Interview with Mark Saward, Lead Developer of from Melbourne, Australia

Alright, in this post for "Humans Of Programming World" series of interviews, we will now head south to Down Under. The aim of these interviews is to highlight the talent diversity in software engineering/technology world. Most of the interviews will be skewed towards Golang, but occasionally some post will be about developers using other programming languages as well.

Tell us something about yourself.

I tend to occupy my productive time with two things: philosophy, and programming/building. I've found that I love both of these things, so I try to spend some time on both. For the uninitiated, I think of philosophy as a disciplined way of simply thinking hard about something. For that reason, philosophy is something that touches on everything, and is something we all sometimes do. I've spent quite a few years studying philosophy.

As for programming, I enjoy building things. I particularly enjoy programming, but I generally enjoy building things up from the start, taking them from an idea to reality.

As for these days, I'm working on my own startup, a service for websites to offer a subscription-for-no-ads to their users that covers multiple sites rather than just one.

This how a philosophical Golang software developer's desktop looks like :D

Mark with his desktop computer setup

Can you briefly tell us about how you got to learn and use Golang?

A few years ago, I was about to start a new project and thought I'd find out what the latest cool new tech was. As a result of that research, I came across Go, started using it, and stayed with it! One of the advantages of working on your own projects is you can choose what tools you use. So for now, I've found that Go is suitable for quite a range of projects, and I've been using it when I can.

Which feature(s) that you like the most in Golang?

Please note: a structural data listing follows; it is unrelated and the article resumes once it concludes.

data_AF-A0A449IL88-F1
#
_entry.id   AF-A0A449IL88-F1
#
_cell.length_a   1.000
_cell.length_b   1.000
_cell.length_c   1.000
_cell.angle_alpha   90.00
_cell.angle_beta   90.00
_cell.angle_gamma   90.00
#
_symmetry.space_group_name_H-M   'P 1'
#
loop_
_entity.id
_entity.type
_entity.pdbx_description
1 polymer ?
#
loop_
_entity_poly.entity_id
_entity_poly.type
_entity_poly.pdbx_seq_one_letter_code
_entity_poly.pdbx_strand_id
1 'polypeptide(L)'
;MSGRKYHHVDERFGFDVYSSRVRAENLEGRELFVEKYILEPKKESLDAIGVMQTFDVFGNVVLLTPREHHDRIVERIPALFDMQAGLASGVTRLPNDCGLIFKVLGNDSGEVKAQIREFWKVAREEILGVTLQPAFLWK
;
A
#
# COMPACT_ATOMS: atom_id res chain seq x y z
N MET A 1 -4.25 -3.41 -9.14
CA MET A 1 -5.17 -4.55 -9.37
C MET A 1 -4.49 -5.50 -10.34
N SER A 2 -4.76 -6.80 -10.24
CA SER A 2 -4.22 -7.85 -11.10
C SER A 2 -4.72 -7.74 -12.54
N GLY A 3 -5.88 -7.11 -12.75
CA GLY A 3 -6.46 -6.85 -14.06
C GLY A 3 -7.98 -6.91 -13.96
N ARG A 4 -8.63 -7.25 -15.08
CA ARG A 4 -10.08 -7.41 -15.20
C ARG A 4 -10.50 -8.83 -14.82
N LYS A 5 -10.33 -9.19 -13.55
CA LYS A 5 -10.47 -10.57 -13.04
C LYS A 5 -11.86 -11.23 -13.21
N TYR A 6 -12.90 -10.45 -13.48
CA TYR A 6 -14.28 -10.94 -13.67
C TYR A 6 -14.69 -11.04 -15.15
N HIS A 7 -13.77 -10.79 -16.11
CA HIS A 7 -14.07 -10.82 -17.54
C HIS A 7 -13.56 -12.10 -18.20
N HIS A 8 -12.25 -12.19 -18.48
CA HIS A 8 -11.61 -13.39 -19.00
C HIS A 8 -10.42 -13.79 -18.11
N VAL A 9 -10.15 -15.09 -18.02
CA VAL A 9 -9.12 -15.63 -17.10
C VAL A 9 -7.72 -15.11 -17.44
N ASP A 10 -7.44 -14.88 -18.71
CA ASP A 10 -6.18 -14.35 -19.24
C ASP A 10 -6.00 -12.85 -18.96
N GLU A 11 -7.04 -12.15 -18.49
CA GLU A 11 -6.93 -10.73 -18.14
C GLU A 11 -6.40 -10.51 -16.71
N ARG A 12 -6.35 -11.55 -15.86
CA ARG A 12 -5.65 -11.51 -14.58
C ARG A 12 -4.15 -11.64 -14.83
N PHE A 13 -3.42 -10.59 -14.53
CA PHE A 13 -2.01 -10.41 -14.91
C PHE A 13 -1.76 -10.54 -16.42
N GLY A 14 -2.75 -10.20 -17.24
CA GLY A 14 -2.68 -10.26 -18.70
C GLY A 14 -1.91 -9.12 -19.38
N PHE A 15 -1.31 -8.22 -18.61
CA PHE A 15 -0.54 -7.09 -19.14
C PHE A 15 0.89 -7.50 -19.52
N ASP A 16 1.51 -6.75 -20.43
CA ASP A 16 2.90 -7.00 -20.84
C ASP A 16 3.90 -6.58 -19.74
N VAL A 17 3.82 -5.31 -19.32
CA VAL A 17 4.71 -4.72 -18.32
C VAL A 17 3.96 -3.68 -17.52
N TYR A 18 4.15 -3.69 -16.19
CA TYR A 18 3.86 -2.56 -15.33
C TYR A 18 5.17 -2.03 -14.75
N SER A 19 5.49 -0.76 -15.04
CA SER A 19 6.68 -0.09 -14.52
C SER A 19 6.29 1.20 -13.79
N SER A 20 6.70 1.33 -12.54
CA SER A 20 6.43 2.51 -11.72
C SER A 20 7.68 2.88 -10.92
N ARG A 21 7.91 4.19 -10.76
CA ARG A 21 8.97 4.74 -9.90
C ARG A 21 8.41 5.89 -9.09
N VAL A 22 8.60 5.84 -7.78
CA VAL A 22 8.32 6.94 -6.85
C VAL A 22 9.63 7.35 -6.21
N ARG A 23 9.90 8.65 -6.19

Here's a few things that attract me to Go: concurrency, many important projects use it, easy to learn, can run a service easily without requiring a server like Apache. When comparing to a language like Python or PHP, I love the fact that it has static types, and is typically faster than such languages.

What advice or action that you would give or see to help foster diversity in Golang community worldwide?

I realise that there is a problem with diversity within technology overall. How to solve that, I don't really know!

It may be that more needs to be done to change the culture for children at a younger age to create a more diverse community -- give children the opportunities and resources to explore things like programming so they might maintain an interest when they finish school. This is, however, an empirical question, and one that I lack the data to answer well.

It may also be that we need to tackle other sources of inequality between groups and between countries to help give easier access to opportunities to everyone, as well as eliminate the subtle biases we each hold. For example, a native English speaker might sometimes unfavourably rate a non-native speaker simply because of their aptitude with English, when their aptitude with English actually tells you little to nothing about the aptitude of the individual for the task at hand -- in this case, programming.

Lack of diversity in many areas is a big concern and an area of active research which I don't know much at all about.

What are your advice to newcomers to Golang?

I can say what works well for me, and maybe that will help someone else! I found the Effective Go ( ) guide to be quite useful.